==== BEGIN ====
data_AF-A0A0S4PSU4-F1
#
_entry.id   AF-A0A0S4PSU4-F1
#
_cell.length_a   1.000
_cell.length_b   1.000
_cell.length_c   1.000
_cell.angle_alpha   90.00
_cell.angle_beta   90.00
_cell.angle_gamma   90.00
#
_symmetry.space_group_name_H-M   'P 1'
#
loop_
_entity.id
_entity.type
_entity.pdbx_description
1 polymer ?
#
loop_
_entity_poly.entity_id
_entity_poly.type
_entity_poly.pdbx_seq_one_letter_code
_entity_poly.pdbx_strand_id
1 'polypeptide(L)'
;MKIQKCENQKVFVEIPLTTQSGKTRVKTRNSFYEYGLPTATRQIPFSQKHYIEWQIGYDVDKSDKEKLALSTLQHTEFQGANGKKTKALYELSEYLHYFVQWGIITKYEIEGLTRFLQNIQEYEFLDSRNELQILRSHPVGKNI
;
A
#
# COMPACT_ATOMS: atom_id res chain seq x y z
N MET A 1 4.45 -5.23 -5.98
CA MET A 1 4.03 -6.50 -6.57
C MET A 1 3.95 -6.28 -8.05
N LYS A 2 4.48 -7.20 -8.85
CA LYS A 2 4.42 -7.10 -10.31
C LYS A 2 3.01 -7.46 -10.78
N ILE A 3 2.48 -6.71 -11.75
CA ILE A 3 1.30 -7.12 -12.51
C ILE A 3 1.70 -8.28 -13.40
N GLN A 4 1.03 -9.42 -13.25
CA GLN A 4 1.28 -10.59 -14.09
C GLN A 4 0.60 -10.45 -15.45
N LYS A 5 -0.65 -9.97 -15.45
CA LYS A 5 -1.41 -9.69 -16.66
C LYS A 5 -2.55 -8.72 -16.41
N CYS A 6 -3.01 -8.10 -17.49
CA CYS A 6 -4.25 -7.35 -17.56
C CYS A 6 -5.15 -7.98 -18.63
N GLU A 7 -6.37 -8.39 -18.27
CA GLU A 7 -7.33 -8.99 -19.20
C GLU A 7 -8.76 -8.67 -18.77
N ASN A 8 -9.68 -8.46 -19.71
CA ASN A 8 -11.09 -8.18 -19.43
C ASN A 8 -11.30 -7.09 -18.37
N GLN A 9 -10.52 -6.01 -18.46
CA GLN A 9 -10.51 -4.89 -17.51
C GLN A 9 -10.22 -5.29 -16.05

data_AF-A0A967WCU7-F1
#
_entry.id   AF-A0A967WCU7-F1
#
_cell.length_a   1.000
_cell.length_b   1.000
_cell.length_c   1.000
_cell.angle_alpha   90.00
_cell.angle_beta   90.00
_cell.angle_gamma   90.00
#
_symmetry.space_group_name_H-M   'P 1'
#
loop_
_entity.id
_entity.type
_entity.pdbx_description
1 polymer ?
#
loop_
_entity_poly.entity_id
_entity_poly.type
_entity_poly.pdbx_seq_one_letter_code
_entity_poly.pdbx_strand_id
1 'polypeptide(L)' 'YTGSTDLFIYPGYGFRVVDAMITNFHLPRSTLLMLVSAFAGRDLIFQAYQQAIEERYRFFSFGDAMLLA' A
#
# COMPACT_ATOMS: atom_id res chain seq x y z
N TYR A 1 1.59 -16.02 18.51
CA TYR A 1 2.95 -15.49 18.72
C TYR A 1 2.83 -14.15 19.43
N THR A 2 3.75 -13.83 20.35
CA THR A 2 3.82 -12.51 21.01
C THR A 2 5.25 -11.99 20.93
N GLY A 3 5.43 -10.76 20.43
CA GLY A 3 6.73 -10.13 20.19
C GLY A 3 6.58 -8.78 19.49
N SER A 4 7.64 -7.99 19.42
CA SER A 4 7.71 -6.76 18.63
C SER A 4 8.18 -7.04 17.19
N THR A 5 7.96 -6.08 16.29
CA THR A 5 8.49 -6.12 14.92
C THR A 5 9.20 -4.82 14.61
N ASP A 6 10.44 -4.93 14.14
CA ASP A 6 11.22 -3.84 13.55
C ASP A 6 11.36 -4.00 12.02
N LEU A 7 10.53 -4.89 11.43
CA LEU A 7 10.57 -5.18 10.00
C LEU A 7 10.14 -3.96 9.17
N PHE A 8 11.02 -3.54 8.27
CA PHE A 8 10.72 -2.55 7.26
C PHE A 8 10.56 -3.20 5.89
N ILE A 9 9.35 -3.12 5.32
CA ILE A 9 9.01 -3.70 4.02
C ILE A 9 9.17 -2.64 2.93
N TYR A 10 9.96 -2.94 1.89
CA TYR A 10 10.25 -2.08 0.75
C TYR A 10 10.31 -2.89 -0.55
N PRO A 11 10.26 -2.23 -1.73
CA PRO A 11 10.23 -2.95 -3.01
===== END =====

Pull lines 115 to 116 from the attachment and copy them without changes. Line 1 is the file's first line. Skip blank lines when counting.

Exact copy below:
N PRO A 11 10.26 -2.23 -1.73
CA PRO A 11 10.23 -2.95 -3.01